Subway Series: It’s Time to Get Excited About Oliver Perez

And by contrast with the Mets’ National League-best 26-14 record going into the weekend, the Yankees stood at 18-21, 9.5 games behind the Boston Red Sox.

“This is a new era for us,” Mr. Minaya said of the Mets’ recent success. “Oliver represents that as a young, exciting player.”

Once the game started, it became clear that Mr. Perez didn’t have his best stuff.

On the third pitch of the game from Mr. Perez, Johnny Damon lined a single to left field. But he was thrown out trying to stretch it into a double, and Mr. Perez found himself with one out and nobody on. He promptly threw ball one to Derek Jeter, and after a strike, three more out of the zone. He fell behind Alex Rodriguez 2-0, but induced a groundout. He fell behind Jorge Posada 2-0 and eventually walked him. He came back to get ahead of Hideki Matsui, and was fortunate that his line drive was hit right at second baseman Damion Easley.

This was not in-command Oliver Perez, and Mets fans had reason to be worried. It was the form he had displayed just twice this season: during the Philadelphia debacle, and last week in San Francisco, when a pair of errors led to a six-run inning and his early departure.

Mr. Perez got through the second and third innings unscathed, but he was frequently behind in the count, even to pitcher Andy Pettitte, before coming back to record his only early-inning strikeout.

In the fourth, it looked like the control problems had caught up to him. With one out, he fell behind Jorge Posada 2-0, and one pitch later allowe
d a single. After falling into a 3-1 hole to Matsui, his next fastball ended up in the right-field stands. Perez and the Mets trailed 2-1.

But he didn’t break.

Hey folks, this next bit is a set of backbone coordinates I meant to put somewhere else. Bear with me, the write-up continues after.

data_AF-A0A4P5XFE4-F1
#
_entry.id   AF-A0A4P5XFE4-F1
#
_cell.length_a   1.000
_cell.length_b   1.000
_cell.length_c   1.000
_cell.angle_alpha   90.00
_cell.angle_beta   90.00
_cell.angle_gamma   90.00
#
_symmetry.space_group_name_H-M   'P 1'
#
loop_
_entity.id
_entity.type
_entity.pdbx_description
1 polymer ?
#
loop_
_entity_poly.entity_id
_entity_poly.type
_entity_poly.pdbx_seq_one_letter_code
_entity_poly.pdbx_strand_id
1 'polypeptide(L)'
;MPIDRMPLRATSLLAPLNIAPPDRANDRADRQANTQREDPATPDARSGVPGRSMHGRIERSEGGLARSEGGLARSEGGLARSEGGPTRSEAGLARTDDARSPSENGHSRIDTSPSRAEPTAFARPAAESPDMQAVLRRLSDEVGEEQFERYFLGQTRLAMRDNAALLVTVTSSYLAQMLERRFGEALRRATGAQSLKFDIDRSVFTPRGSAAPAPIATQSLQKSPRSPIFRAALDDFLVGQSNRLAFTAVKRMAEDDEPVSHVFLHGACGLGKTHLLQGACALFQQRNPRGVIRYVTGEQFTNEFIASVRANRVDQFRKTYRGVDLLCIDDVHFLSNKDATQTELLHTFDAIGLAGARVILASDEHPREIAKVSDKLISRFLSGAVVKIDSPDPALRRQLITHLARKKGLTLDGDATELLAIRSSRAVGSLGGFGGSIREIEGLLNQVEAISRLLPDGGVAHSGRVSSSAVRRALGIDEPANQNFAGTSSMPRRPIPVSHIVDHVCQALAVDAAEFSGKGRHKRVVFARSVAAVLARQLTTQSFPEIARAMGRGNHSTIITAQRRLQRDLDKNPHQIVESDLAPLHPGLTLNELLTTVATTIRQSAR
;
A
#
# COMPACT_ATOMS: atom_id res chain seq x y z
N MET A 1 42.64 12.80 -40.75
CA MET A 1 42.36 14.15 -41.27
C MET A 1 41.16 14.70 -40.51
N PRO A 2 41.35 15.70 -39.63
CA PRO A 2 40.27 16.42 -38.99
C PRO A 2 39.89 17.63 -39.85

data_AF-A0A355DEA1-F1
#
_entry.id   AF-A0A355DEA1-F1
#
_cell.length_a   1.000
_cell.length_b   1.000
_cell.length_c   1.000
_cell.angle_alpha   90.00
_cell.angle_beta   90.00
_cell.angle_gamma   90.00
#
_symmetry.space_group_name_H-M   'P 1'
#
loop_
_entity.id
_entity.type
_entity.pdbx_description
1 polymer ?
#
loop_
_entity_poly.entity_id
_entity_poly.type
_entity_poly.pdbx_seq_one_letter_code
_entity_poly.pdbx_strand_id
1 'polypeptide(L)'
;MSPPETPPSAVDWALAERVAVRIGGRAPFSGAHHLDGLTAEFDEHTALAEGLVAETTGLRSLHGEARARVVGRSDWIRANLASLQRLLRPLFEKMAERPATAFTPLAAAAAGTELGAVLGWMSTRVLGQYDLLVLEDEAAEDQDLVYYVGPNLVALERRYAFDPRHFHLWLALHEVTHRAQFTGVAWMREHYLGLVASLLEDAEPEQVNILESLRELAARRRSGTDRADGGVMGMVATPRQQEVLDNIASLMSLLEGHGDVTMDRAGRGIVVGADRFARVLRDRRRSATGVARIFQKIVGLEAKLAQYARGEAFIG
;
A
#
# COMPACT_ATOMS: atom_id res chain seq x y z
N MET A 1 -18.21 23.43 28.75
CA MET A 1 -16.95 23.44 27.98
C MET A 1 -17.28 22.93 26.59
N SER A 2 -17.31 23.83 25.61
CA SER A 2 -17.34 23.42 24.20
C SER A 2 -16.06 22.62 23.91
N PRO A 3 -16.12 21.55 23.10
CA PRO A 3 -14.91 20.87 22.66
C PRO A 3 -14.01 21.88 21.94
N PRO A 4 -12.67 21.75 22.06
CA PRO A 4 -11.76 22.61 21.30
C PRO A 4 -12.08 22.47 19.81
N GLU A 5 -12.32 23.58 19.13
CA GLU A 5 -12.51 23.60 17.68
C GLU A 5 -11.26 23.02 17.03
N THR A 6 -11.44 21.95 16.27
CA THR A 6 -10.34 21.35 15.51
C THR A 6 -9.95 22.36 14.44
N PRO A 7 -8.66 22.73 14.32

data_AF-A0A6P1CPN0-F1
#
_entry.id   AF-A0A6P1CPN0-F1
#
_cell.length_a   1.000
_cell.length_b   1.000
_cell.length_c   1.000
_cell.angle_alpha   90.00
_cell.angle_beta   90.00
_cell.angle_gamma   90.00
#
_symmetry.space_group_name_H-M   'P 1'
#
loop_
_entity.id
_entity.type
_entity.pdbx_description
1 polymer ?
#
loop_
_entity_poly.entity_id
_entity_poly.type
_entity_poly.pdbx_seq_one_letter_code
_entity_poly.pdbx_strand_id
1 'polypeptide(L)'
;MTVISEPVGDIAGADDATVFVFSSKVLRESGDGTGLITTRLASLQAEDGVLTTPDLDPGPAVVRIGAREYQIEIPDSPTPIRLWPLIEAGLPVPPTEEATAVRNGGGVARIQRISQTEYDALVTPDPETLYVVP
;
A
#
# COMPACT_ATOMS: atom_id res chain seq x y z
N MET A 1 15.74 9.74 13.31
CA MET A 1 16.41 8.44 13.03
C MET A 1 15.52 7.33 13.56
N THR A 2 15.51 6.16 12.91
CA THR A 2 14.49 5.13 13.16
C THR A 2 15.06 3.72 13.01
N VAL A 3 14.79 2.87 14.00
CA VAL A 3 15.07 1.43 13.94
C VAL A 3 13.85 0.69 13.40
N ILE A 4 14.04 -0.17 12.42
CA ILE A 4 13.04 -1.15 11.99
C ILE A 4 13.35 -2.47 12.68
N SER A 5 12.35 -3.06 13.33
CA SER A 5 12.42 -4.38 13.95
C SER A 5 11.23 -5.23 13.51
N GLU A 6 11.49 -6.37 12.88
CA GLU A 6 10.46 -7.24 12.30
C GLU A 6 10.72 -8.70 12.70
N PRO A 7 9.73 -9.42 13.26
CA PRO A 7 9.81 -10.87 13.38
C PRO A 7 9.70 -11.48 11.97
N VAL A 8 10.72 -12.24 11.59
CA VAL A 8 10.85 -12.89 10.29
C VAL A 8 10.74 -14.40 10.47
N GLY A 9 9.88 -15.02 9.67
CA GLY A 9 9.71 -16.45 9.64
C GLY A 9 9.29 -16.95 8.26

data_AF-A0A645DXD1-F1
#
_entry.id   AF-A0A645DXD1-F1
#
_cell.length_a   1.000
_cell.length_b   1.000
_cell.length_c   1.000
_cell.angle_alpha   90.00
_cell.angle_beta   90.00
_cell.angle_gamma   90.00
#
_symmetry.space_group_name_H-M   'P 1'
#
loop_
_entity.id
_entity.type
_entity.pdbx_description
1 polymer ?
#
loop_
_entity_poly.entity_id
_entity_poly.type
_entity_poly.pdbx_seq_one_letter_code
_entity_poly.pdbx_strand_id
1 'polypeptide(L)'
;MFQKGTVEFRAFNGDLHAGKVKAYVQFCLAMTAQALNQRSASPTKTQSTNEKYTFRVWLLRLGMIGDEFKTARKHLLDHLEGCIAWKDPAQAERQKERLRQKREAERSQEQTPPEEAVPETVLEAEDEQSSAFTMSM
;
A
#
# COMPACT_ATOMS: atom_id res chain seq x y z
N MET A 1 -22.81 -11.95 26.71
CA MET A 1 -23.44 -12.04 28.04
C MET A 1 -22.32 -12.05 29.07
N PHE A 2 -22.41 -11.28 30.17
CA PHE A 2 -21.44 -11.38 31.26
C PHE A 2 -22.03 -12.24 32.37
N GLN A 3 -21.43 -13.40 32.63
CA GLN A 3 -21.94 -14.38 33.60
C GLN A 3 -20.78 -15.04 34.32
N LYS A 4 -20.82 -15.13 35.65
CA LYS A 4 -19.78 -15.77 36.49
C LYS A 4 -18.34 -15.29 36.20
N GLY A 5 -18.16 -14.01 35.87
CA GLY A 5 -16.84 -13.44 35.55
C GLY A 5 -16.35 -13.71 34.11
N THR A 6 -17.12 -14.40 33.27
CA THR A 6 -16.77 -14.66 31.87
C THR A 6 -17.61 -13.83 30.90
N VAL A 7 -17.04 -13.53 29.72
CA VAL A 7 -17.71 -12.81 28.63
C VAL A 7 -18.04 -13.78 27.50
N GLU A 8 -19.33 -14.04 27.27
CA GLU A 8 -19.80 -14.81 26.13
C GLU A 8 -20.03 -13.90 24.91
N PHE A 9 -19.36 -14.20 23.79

He got ahead of Melky Cabrera and induced a broken-bat groundout, then fanned Robinson Cano to end the inning. No meltdown.

The Mets went ahead on a two-run homer by Endy Chavez in the bottom of the inning.

Mr. Perez’s command didn’t return after that, at least not to the levels he’s achieved in most of his other starts.

He still threw first-pitch balls to 6 of the 13 batters he faced the rest of the way. But ball two did not often follow ball one, and none of the hitters he saw after the first inning reached ball four.

He didn’t overthrow in the sixth when Derek Jeter led off with a single, and Mr. Perez confronted Alex Rodriguez as the go-ahead run. Instead, Mr. Perez trusted his stuff, and sent A-Rod back to the dugout as a strikeout victim.

He got ahead of Johnny Damon 0-2 in the eighth inning; Mr. Damon battled back to 2-2, and on his 108th pitch, Mr. Perez struck out the Yankees’ leadoff hitter. He then exited to a standing ovation by an ecstatic, gigantic crowd at Shea.

Oliver Perez had managed to defeat, if not dominate, a lineup stacked with offensive stars. He did it on a night when his best command was elusive, and his fastball was less explosive than usual. But baseball’s truly elite pitchers don’t excel only when their pitches are otherworldly. They manage to keep their teams in games even on their off-nights. On Friday night, Oliver Perez finally showed himself capable of doing just that, with a sellout crowd and seemingly all of New York watching.

“Every game is going to be different, in terms of my stuff,” he said after it was over. “Today I was a little bit behind in the count. I just had to keep going and make the next pitch.”

His final numbers do not jump off the page—five strikeouts and two walks in 7 2/3 innings. But Friday night brought Oliver Perez closer to the day that his starts are the ones that the Mets and their fans look forward to.

Subway Series: It’s Time to Get Excited About Oliver Perez